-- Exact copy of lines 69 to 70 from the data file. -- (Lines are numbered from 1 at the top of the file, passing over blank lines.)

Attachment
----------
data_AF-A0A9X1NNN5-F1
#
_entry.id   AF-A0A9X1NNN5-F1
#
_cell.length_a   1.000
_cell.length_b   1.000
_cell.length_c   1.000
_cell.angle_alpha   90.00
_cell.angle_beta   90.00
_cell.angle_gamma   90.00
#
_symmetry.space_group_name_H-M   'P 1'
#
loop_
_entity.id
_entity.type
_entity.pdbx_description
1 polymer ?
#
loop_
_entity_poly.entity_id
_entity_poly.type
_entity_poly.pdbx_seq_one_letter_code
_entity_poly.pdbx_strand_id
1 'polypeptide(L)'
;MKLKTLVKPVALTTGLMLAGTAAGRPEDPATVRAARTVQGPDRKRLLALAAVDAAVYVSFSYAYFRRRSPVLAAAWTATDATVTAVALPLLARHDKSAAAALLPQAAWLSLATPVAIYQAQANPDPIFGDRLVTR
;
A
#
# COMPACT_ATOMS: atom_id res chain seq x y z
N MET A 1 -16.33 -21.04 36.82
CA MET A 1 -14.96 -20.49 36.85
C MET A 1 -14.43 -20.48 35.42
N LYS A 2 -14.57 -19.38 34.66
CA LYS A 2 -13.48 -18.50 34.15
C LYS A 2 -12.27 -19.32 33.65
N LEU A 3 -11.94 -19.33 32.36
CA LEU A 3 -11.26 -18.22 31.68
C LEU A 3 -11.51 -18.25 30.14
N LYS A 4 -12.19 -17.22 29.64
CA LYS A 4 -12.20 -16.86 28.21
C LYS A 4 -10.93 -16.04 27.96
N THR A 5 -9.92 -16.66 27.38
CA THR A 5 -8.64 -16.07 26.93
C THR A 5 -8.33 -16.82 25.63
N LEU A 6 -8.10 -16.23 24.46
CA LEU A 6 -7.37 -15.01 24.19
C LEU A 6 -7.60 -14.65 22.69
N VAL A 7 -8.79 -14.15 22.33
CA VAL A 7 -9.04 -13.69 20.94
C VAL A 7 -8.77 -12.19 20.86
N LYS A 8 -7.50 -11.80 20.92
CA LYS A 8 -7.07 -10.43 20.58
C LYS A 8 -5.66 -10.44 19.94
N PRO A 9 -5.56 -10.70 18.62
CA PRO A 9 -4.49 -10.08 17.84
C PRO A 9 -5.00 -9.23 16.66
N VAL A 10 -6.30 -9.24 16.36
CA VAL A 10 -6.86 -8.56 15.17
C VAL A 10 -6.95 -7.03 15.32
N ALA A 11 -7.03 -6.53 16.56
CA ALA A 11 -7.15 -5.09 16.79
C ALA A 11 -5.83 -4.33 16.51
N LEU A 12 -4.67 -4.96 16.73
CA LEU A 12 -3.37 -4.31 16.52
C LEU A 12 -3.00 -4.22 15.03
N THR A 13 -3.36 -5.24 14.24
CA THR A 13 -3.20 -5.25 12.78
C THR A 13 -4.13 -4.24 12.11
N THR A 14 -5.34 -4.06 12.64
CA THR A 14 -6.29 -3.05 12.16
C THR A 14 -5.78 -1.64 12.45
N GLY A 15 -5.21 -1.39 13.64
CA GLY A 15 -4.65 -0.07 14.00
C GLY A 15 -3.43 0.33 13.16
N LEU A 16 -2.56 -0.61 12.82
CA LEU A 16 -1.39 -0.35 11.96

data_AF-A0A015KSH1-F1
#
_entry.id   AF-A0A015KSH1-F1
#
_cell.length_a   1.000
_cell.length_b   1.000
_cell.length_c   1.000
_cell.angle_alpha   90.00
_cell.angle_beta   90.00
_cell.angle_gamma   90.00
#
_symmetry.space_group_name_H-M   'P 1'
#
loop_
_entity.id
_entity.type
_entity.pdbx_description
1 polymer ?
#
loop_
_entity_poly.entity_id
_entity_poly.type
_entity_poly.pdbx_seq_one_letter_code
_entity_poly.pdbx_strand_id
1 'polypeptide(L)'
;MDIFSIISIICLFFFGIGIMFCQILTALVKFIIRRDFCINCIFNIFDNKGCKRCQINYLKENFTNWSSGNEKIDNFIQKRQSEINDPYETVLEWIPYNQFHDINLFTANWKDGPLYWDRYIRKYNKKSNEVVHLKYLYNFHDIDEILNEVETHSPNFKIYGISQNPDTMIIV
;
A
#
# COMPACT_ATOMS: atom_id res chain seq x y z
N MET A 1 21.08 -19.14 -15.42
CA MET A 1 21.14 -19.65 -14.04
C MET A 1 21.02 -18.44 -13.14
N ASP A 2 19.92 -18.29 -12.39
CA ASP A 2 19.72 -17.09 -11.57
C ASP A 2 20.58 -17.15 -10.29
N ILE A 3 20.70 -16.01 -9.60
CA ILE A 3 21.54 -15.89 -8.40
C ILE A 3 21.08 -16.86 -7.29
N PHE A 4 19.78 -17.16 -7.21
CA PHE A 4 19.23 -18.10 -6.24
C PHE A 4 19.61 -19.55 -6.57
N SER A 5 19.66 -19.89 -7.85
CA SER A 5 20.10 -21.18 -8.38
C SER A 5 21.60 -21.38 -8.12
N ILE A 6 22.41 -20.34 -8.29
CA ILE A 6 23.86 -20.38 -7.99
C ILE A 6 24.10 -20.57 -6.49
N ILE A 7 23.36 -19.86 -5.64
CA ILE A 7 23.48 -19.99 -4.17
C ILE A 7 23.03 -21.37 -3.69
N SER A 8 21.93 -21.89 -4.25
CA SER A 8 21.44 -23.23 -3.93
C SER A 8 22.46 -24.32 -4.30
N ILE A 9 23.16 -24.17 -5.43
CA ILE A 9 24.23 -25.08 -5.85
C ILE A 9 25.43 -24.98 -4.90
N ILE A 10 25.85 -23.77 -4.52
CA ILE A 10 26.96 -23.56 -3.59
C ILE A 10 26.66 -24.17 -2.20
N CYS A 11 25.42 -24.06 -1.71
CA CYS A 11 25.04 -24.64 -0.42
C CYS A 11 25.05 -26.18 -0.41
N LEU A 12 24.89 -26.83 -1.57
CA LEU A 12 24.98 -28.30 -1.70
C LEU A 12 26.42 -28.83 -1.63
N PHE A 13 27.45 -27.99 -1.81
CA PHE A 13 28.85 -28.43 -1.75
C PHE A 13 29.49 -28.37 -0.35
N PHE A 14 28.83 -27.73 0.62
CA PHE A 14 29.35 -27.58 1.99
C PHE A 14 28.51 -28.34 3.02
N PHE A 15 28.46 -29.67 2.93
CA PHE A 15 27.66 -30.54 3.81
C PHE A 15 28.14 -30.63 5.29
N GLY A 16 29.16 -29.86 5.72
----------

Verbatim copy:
C THR A 13 -4.13 -4.24 12.11
N THR A 14 -5.34 -4.06 12.64